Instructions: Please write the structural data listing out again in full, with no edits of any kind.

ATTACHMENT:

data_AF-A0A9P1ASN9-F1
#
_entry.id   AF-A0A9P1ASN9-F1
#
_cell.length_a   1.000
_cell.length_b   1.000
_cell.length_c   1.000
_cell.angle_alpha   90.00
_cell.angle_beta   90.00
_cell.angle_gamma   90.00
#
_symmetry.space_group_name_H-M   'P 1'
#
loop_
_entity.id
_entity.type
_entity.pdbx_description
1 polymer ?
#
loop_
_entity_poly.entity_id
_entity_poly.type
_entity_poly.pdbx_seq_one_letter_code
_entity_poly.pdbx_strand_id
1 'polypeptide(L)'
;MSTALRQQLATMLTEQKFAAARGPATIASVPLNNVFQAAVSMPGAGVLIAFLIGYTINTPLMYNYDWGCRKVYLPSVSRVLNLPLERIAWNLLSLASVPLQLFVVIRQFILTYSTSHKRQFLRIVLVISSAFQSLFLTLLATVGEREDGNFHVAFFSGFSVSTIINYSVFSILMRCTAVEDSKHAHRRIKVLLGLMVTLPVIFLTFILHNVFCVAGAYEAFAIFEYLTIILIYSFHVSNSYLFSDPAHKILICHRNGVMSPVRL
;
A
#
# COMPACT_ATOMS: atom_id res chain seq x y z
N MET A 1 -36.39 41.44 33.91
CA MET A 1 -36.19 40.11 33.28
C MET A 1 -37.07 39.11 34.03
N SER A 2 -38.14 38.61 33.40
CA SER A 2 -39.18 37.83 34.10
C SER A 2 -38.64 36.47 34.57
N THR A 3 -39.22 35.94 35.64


data_AF-A0A9P1ASN9-F1
#
_entry.id   AF-A0A9P1ASN9-F1
#
_cell.length_a   1.000
_cell.length_b   1.000
_cell.length_c   1.000
_cell.angle_alpha   90.00
_cell.angle_beta   90.00
_cell.angle_gamma   90.00
#
_symmetry.space_group_name_H-M   'P 1'
#
loop_
_entity.id
_entity.type
_entity.pdbx_description
1 polymer ?
#
loop_
_entity_poly.entity_id
_entity_poly.type
_entity_poly.pdbx_seq_one_letter_code
_entity_poly.pdbx_strand_id
1 'polypeptide(L)'
;MSTALRQQLATMLTEQKFAAARGPATIASVPLNNVFQAAVSMPGAGVLIAFLIGYTINTPLMYNYDWGCRKVYLPSVSRVLNLPLERIAWNLLSLASVPLQLFVVIRQFILTYSTSHKRQFLRIVLVISSAFQSLFLTLLATVGEREDGNFHVAFFSGFSVSTIINYSVFSILMRCTAVEDSKHAHRRIKVLLGLMVTLPVIFLTFILHNVFCVAGAYEAFAIFEYLTIILIYSFHVSNSYLFSDPAHKILICHRNGVMSPVRL
;
A
#
# COMPACT_ATOMS: atom_id res chain seq x y z
N MET A 1 -36.39 41.44 33.91
CA MET A 1 -36.19 40.11 33.28
C MET A 1 -37.07 39.11 34.03
N SER A 2 -38.14 38.61 33.40
CA SER A 2 -39.18 37.83 34.10
C SER A 2 -38.64 36.47 34.57
N THR A 3 -39.22 35.94 35.64